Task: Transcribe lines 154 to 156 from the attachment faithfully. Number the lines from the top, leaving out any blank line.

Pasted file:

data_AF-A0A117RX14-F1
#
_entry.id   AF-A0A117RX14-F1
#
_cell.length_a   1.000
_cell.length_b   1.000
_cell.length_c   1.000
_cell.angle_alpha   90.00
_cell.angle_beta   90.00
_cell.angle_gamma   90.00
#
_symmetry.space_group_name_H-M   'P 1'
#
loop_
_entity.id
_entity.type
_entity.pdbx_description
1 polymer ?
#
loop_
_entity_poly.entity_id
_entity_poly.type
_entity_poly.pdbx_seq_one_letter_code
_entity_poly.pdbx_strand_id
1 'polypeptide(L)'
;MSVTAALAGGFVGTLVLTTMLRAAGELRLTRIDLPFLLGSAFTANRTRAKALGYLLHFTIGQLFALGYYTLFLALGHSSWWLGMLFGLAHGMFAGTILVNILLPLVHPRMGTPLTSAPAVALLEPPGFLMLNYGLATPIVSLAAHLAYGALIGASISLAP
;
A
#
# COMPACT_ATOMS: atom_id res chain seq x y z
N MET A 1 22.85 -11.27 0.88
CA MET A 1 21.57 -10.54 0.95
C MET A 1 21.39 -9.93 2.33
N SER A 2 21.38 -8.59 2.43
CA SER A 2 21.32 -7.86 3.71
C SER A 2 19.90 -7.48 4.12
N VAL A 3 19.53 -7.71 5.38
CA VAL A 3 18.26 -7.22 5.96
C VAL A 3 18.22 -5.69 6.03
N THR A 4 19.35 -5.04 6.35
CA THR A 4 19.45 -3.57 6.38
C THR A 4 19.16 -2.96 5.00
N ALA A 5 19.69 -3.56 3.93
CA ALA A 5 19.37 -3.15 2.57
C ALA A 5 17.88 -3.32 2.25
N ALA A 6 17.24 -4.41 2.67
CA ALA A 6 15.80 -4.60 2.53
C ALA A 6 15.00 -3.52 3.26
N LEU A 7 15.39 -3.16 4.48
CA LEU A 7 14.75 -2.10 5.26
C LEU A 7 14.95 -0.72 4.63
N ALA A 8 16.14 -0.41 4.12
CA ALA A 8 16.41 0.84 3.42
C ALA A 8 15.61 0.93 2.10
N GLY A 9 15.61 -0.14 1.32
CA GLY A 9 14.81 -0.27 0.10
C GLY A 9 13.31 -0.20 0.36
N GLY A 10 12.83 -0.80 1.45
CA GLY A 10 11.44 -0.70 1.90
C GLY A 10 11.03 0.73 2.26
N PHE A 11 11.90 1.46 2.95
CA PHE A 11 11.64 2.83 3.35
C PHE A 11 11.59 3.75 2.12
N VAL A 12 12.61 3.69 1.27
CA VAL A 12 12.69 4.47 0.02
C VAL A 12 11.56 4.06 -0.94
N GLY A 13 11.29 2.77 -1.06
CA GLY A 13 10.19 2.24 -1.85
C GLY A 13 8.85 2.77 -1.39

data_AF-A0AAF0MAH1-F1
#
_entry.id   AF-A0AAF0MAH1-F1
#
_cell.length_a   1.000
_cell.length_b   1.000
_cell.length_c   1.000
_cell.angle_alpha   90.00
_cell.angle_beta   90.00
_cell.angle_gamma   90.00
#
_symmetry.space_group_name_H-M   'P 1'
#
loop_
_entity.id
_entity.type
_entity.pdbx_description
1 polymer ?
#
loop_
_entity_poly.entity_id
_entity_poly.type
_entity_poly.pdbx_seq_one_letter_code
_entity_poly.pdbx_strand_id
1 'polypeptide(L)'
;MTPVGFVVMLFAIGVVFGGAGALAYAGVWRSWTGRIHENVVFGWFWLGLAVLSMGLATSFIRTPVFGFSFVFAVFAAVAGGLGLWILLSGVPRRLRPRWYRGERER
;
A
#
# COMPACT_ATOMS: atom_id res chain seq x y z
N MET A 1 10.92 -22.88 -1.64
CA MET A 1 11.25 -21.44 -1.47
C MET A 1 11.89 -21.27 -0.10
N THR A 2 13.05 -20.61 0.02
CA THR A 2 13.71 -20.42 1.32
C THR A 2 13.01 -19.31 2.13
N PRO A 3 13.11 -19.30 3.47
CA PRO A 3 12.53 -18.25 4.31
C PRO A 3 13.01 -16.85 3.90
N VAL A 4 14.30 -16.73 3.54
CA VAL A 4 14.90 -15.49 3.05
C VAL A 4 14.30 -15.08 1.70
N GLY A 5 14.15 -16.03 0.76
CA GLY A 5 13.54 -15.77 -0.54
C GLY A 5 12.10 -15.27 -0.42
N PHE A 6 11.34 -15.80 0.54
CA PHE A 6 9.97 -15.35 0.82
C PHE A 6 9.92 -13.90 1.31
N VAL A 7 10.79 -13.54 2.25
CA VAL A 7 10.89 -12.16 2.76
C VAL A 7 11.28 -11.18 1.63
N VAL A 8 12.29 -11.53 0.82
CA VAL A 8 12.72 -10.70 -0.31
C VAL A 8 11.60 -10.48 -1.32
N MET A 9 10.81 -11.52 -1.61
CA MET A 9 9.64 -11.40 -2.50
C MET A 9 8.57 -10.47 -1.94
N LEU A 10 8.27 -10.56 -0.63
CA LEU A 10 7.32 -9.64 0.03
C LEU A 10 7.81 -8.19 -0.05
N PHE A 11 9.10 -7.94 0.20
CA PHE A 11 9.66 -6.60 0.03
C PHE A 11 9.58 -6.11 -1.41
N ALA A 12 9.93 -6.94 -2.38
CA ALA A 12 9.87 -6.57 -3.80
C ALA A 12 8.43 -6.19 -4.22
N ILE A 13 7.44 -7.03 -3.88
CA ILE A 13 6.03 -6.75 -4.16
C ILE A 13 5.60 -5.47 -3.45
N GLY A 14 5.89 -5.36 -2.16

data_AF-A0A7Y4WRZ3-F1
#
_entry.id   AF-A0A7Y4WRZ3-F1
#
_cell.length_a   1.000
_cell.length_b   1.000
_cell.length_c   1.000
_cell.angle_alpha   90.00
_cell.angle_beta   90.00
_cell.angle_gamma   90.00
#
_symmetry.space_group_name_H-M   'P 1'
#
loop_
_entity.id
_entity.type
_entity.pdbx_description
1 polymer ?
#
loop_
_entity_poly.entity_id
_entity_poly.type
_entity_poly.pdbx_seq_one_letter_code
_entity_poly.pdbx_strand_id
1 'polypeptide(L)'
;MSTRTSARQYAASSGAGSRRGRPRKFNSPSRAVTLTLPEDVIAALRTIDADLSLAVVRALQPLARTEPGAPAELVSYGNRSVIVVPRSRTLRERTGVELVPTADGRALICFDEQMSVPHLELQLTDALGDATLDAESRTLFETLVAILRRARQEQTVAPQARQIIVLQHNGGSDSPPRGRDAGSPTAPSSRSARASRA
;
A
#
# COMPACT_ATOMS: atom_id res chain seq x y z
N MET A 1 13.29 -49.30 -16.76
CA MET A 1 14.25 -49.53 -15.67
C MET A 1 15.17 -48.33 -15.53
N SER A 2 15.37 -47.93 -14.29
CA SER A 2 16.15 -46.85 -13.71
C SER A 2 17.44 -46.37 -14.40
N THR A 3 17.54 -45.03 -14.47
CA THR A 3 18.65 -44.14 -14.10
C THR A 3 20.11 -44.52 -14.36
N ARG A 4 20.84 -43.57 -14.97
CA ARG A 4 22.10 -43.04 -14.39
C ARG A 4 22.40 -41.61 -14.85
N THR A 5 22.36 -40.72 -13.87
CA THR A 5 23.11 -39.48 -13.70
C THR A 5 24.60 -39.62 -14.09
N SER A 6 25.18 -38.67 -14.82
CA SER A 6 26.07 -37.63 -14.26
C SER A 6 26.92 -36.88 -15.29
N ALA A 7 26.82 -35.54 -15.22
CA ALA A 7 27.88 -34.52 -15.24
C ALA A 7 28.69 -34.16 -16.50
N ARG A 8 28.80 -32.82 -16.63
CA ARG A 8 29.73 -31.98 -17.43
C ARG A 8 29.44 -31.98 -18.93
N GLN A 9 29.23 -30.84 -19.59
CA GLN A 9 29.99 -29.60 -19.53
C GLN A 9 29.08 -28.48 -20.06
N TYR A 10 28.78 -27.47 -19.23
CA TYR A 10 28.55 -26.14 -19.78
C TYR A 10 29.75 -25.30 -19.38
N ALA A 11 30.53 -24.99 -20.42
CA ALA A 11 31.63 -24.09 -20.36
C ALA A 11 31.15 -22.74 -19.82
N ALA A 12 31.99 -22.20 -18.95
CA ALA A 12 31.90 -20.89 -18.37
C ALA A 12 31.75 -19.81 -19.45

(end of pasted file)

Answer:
_entity.id
_entity.type
_entity.pdbx_description